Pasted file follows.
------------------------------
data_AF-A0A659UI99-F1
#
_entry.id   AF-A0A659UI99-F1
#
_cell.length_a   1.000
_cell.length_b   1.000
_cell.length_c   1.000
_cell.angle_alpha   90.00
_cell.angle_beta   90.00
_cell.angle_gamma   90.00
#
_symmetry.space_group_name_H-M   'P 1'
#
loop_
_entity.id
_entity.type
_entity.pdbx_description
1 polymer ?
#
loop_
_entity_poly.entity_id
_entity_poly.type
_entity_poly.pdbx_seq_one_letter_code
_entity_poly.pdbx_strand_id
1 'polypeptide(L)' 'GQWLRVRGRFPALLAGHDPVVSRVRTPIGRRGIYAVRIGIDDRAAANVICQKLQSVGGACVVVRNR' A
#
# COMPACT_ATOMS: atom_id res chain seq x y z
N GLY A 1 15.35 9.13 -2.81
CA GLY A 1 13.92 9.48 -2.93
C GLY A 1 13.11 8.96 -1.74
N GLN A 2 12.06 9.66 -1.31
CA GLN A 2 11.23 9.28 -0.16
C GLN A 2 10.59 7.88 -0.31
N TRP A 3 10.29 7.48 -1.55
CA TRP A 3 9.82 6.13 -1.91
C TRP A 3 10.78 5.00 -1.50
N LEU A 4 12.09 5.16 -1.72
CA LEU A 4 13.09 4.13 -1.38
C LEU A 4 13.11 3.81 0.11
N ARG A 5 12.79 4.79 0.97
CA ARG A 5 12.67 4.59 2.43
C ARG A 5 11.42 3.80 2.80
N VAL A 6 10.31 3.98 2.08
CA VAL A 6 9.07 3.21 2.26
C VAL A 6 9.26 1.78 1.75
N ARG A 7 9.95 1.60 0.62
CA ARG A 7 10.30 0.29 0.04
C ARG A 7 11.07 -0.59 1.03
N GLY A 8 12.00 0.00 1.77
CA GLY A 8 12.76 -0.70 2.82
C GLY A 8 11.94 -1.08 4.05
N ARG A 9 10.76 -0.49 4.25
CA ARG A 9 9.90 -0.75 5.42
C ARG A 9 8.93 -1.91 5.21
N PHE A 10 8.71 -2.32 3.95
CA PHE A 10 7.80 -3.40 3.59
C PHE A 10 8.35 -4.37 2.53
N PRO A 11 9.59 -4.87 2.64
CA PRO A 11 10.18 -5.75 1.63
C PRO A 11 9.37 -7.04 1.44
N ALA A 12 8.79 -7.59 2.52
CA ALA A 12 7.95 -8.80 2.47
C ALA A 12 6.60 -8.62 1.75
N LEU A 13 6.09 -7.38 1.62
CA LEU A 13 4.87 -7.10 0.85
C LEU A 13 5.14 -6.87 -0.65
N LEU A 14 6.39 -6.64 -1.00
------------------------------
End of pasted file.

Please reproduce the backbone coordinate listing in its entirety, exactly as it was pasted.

data_AF-A0A659UI99-F1
#
_entry.id   AF-A0A659UI99-F1
#
_cell.length_a   1.000
_cell.length_b   1.000
_cell.length_c   1.000
_cell.angle_alpha   90.00
_cell.angle_beta   90.00
_cell.angle_gamma   90.00
#
_symmetry.space_group_name_H-M   'P 1'
#
loop_
_entity.id
_entity.type
_entity.pdbx_description
1 polymer ?
#
loop_
_entity_poly.entity_id
_entity_poly.type
_entity_poly.pdbx_seq_one_letter_code
_entity_poly.pdbx_strand_id
1 'polypeptide(L)' 'GQWLRVRGRFPALLAGHDPVVSRVRTPIGRRGIYAVRIGIDDRAAANVICQKLQSVGGACVVVRNR' A
#
# COMPACT_ATOMS: atom_id res chain seq x y z
N GLY A 1 15.35 9.13 -2.81
CA GLY A 1 13.92 9.48 -2.93
C GLY A 1 13.11 8.96 -1.74
N GLN A 2 12.06 9.66 -1.31
CA GLN A 2 11.23 9.28 -0.16
C GLN A 2 10.59 7.88 -0.31
N TRP A 3 10.29 7.48 -1.55
CA TRP A 3 9.82 6.13 -1.91
C TRP A 3 10.78 5.00 -1.50
N LEU A 4 12.09 5.16 -1.72
CA LEU A 4 13.09 4.13 -1.38
C LEU A 4 13.11 3.81 0.11
N ARG A 5 12.79 4.79 0.97
CA ARG A 5 12.67 4.59 2.43
C ARG A 5 11.42 3.80 2.80
N VAL A 6 10.31 3.98 2.08
CA VAL A 6 9.07 3.21 2.26
C VAL A 6 9.26 1.78 1.75
N ARG A 7 9.95 1.60 0.62
CA ARG A 7 10.30 0.29 0.04
C ARG A 7 11.07 -0.59 1.03
N GLY A 8 12.00 0.00 1.77
CA GLY A 8 12.76 -0.70 2.82
C GLY A 8 11.94 -1.08 4.05
N ARG A 9 10.76 -0.49 4.25
CA ARG A 9 9.90 -0.75 5.42
C ARG A 9 8.93 -1.91 5.21
N PHE A 10 8.71 -2.32 3.95
CA PHE A 10 7.80 -3.40 3.59
C PHE A 10 8.35 -4.37 2.53
N PRO A 11 9.59 -4.87 2.64
CA PRO A 11 10.18 -5.75 1.63
C PRO A 11 9.37 -7.04 1.44
N ALA A 12 8.79 -7.59 2.52
CA ALA A 12 7.95 -8.80 2.47
C ALA A 12 6.60 -8.62 1.75
N LEU A 13 6.09 -7.38 1.62
CA LEU A 13 4.87 -7.10 0.85
C LEU A 13 5.14 -6.87 -0.65
N LEU A 14 6.39 -6.64 -1.00